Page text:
Sunday, 6 March 2016

Capital III, Chapter 28 - Part 6

“What strikes Fullarton and others as decisively important is the phenomenon that in such periods when securities in possession of the Bank of England are on the increase, its circulation of notes decreases, and vice versa. The level of the securities, however, expresses the volume of the pecuniary accommodation, the volume of discounted bills of exchange and of advances made against marketable collateral.” (p 450)

This is what is called open market operations, or now quantitative easing. In other words, if the central bank wishes to put more money into circulation, it can do so by buying securities from the commercial banks. These securities are generally government bills, such as gilts, or US Treasuries, but they can be any kind of bill, such as a bill of exchange. The central bank buys the bill, and thereby provides the commercial bank with money, which it can lend out.

“What the bank advances, therefore, is under all circumstances money. This money, however, now constitutes a part of its capital. If it advances gold, this is understandable. If it advances notes, then these notes represent capital, because it has given up some actual value for them, such as interest-bearing paper.” (p 451)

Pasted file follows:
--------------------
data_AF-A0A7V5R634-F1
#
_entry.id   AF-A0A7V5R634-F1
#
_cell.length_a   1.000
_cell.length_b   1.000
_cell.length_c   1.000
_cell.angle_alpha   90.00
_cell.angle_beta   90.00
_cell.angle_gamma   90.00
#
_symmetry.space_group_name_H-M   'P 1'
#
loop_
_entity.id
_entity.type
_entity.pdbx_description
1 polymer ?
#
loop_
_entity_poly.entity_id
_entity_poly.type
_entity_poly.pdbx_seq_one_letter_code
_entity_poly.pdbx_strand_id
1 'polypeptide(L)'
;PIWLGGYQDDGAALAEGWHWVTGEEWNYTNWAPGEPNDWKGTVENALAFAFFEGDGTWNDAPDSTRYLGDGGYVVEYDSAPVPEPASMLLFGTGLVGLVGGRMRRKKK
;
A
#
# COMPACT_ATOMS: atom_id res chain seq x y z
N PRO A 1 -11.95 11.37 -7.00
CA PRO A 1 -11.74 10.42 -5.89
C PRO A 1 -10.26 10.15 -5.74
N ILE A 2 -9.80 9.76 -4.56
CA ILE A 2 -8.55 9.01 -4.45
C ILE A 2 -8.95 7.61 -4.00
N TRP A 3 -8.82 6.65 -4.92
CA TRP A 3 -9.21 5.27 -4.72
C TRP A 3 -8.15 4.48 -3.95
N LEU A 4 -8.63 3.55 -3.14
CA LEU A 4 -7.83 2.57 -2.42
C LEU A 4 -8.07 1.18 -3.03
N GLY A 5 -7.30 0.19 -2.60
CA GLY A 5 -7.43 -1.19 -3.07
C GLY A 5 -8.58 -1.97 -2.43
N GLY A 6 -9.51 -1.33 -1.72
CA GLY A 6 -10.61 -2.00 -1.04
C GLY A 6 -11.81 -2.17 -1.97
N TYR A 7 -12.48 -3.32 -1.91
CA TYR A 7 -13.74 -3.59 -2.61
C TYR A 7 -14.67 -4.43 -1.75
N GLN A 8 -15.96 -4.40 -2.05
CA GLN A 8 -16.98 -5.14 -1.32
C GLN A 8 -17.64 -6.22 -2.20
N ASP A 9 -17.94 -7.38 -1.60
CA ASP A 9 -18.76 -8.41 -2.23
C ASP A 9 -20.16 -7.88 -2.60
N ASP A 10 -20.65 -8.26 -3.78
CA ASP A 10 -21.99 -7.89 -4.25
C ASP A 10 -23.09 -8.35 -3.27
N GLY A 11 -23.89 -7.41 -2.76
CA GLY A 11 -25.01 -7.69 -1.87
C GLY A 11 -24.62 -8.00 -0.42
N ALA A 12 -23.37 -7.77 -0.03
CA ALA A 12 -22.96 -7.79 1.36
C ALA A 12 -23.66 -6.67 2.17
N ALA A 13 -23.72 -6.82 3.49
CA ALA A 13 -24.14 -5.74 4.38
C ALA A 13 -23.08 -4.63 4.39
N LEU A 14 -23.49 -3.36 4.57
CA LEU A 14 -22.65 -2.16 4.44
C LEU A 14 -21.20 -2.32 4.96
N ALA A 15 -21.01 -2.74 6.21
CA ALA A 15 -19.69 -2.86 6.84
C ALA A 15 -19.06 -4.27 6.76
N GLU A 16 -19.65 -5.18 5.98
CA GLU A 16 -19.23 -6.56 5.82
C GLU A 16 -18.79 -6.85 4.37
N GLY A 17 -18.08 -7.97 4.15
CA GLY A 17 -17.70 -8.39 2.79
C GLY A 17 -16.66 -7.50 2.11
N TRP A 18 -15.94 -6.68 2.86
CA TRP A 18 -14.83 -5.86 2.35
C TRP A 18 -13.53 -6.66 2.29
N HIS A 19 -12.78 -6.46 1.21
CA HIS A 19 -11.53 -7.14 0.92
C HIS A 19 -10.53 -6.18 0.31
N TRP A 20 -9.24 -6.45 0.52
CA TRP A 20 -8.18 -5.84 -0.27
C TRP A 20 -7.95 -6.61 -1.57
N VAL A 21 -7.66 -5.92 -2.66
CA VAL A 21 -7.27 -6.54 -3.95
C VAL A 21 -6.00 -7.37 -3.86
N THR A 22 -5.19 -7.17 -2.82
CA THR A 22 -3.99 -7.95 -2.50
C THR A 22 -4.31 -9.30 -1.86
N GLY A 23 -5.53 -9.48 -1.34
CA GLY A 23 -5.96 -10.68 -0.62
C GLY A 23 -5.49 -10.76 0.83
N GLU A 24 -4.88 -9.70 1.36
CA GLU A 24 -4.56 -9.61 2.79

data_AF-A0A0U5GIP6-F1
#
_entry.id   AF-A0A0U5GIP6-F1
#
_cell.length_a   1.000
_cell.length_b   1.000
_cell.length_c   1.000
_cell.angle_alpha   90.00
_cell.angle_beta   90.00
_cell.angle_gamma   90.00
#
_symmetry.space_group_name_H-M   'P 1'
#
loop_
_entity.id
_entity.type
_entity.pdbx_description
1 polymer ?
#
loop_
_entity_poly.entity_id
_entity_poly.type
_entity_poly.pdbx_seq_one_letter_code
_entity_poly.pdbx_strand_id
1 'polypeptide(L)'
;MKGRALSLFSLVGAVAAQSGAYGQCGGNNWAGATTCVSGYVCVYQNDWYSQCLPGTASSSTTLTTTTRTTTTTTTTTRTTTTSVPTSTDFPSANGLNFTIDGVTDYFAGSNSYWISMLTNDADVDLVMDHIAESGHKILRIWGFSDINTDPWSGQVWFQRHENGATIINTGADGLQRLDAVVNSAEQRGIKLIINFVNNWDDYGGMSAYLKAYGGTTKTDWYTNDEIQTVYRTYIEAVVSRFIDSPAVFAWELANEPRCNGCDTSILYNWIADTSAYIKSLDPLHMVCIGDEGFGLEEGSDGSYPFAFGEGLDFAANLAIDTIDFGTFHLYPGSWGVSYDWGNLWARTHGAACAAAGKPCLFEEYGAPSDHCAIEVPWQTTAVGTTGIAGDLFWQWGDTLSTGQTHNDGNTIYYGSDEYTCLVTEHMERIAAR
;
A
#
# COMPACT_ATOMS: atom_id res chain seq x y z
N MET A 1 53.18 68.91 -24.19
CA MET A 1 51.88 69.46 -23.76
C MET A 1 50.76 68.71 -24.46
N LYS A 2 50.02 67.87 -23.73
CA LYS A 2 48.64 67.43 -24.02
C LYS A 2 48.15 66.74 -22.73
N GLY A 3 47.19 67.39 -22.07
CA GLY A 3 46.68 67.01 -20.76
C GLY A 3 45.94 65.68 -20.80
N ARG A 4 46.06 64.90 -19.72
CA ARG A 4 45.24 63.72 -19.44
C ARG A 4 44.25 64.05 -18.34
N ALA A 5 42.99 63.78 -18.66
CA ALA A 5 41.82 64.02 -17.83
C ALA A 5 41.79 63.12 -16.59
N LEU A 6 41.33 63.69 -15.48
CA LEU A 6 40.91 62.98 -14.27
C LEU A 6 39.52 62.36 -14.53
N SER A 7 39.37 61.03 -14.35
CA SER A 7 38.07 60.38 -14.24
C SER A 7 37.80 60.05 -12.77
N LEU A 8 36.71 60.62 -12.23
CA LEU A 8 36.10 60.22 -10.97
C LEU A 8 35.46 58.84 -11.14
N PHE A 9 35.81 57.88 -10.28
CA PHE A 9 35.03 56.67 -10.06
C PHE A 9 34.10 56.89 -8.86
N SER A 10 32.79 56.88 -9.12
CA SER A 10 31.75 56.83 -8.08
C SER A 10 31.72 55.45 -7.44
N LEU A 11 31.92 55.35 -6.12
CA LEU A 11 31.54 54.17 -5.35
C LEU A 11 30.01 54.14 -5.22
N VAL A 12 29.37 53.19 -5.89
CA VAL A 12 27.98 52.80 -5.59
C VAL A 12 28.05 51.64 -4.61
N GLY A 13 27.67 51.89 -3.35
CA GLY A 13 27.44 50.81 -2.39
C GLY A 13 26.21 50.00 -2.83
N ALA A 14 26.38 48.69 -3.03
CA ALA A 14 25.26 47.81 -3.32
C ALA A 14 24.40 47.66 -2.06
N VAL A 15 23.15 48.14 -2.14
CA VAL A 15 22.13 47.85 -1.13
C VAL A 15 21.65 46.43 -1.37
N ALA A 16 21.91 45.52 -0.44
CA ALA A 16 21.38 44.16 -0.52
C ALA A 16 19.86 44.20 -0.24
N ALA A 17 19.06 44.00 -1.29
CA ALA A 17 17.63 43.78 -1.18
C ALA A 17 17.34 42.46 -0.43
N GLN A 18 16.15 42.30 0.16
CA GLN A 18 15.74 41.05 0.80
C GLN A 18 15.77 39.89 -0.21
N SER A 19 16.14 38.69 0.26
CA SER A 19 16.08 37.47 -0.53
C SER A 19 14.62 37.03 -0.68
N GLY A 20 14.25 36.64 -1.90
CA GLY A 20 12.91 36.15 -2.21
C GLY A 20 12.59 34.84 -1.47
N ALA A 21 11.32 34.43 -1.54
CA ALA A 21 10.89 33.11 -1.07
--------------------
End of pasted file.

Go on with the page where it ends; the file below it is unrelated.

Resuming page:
What is the process by which this money returns to the bank? If there is an adverse balance of trade, which necessitates an export of gold, then the bank discounts bills of exchange, representing the payments to be made. Bank notes are then issued in exchange for these bills. The bank note itself represents gold. It is a “promise to pay” a certain value in gold. 

“The bank-notes are exchanged for gold by the Bank itself, in its issue department, and this gold is exported. It is as though the Bank paid out gold directly, without the mediation of notes, on discounting bills.” (p 451)

This does not add any money to the circulation of money in Britain. The bank notes are returned to the bank, and the gold is transferred to the receiving country, whereby it acts as the basis for the issue of bank notes into circulation there.

“If it is now said that the Bank advances capital, and not currency, this means two things. First, that it does not advance credit, but actual values, a part of its own capital or of capital deposited with it. Secondly, that it does not advance money for inland, but for international circulation, that it advances world-money; and for this purpose money must always exist in its form of a hoard, in its metallic state; in the form in which it is not merely a form of value, but value itself, whose money-form it is. Although this gold now represents capital, both for the Bank and the exporting gold-dealer, i.e., banking or commercial capital, the demand for it is not for capital, but for the absolute form of money-capital. This demand arises precisely at the moment when foreign markets are overcrowded with unsaleable English commodity-capital. What is wanted, therefore, is capital, not as capital, but capital as money, in the form in which money serves as a universal world-market commodity; and this is its original form of precious metal.” (p 451-2)

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